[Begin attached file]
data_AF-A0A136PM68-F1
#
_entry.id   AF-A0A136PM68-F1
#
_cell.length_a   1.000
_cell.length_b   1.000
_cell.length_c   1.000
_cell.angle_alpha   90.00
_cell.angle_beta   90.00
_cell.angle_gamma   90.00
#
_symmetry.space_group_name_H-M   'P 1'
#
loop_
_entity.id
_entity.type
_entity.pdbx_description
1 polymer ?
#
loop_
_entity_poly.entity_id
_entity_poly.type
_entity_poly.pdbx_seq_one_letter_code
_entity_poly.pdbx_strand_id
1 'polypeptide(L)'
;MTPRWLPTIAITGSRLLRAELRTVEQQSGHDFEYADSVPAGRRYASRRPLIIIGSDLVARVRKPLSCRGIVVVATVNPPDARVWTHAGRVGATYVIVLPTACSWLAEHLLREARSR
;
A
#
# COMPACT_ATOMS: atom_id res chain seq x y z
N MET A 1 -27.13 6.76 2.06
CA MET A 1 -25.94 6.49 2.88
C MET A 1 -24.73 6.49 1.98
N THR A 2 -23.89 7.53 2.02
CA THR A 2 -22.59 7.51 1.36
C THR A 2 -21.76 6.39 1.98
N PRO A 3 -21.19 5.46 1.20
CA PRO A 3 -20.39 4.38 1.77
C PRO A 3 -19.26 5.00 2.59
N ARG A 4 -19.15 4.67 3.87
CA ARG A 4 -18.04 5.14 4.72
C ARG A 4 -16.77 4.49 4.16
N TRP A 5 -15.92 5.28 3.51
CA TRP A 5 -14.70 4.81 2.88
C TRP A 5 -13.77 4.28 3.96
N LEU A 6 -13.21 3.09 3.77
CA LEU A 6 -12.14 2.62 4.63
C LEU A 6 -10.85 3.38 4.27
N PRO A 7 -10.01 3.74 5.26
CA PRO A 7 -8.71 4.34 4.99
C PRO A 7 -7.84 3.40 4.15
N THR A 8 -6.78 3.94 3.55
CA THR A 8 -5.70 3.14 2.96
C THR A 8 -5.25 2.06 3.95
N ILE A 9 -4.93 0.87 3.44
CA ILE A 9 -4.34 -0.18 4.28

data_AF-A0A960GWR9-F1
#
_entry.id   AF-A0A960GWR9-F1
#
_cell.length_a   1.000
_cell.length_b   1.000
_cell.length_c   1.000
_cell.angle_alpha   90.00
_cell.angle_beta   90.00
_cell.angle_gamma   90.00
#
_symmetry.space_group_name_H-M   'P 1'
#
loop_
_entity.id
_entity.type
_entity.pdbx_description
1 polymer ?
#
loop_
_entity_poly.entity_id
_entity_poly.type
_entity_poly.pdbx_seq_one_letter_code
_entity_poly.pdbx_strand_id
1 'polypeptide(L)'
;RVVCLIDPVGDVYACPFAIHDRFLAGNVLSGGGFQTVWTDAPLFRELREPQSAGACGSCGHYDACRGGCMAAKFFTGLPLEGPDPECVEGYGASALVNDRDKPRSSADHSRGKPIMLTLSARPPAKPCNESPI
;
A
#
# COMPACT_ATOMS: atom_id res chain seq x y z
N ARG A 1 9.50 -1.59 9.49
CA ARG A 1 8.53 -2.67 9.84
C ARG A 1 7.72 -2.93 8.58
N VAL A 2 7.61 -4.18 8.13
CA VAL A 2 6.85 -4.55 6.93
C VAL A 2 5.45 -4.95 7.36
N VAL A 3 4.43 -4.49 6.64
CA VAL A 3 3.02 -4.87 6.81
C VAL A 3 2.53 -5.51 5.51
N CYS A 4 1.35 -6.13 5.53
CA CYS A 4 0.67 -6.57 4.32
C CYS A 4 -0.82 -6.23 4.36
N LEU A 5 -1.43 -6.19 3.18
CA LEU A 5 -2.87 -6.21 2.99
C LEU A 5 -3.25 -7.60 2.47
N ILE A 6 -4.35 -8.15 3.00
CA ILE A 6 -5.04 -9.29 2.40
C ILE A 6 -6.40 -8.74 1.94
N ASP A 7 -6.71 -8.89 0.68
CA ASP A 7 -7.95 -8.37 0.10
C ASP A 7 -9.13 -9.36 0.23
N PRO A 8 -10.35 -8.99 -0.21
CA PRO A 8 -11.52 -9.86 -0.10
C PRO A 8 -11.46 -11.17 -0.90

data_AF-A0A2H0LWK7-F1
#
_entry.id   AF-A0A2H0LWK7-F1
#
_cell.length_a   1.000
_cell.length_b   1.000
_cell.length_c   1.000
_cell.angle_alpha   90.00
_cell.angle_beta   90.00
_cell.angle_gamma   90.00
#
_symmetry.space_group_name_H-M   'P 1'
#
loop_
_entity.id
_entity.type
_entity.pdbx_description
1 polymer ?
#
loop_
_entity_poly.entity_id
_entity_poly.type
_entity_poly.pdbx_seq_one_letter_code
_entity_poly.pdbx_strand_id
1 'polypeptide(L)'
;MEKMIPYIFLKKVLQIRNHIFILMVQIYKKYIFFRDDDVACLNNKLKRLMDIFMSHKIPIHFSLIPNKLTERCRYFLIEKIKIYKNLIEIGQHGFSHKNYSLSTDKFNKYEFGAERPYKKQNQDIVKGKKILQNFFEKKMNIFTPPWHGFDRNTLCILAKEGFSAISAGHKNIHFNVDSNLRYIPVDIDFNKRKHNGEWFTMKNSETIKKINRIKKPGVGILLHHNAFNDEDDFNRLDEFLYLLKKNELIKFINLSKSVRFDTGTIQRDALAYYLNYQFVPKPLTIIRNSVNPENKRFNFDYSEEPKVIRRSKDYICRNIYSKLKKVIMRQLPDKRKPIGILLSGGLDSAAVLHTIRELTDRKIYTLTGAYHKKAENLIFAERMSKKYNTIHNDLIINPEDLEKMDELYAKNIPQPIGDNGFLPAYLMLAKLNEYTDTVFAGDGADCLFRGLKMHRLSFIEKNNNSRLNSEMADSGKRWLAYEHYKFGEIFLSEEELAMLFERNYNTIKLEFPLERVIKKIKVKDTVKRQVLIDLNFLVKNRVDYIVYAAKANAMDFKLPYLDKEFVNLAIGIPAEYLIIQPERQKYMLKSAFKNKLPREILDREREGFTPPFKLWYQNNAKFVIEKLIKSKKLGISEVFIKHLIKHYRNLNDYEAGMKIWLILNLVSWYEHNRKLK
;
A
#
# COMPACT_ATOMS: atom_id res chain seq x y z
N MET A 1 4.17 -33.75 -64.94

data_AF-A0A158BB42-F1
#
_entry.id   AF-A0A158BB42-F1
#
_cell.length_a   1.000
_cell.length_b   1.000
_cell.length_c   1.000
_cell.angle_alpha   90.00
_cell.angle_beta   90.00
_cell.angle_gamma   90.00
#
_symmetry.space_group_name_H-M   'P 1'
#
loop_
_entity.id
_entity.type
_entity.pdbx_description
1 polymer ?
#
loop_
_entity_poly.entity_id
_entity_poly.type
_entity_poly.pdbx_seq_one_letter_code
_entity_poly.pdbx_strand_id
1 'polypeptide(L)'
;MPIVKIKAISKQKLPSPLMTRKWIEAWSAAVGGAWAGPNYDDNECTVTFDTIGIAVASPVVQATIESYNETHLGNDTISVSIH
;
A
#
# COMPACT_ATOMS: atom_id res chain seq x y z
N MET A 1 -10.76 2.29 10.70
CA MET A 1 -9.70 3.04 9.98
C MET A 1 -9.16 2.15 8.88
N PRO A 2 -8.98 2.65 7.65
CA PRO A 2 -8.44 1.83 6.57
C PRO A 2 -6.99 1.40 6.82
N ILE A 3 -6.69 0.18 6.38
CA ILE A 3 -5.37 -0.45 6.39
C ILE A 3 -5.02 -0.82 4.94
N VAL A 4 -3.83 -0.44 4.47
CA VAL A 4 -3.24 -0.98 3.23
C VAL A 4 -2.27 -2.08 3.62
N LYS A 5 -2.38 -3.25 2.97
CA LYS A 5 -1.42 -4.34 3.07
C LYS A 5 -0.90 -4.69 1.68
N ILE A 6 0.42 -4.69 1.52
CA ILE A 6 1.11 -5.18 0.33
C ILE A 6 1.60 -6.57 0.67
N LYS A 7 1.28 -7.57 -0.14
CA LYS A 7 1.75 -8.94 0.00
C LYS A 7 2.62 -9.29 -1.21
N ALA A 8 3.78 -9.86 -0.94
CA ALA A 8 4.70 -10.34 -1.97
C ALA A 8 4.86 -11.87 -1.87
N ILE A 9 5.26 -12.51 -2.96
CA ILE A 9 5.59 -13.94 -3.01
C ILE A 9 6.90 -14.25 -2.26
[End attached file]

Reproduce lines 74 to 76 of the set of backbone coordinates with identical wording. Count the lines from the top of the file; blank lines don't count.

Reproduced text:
1 polymer ?
#
loop_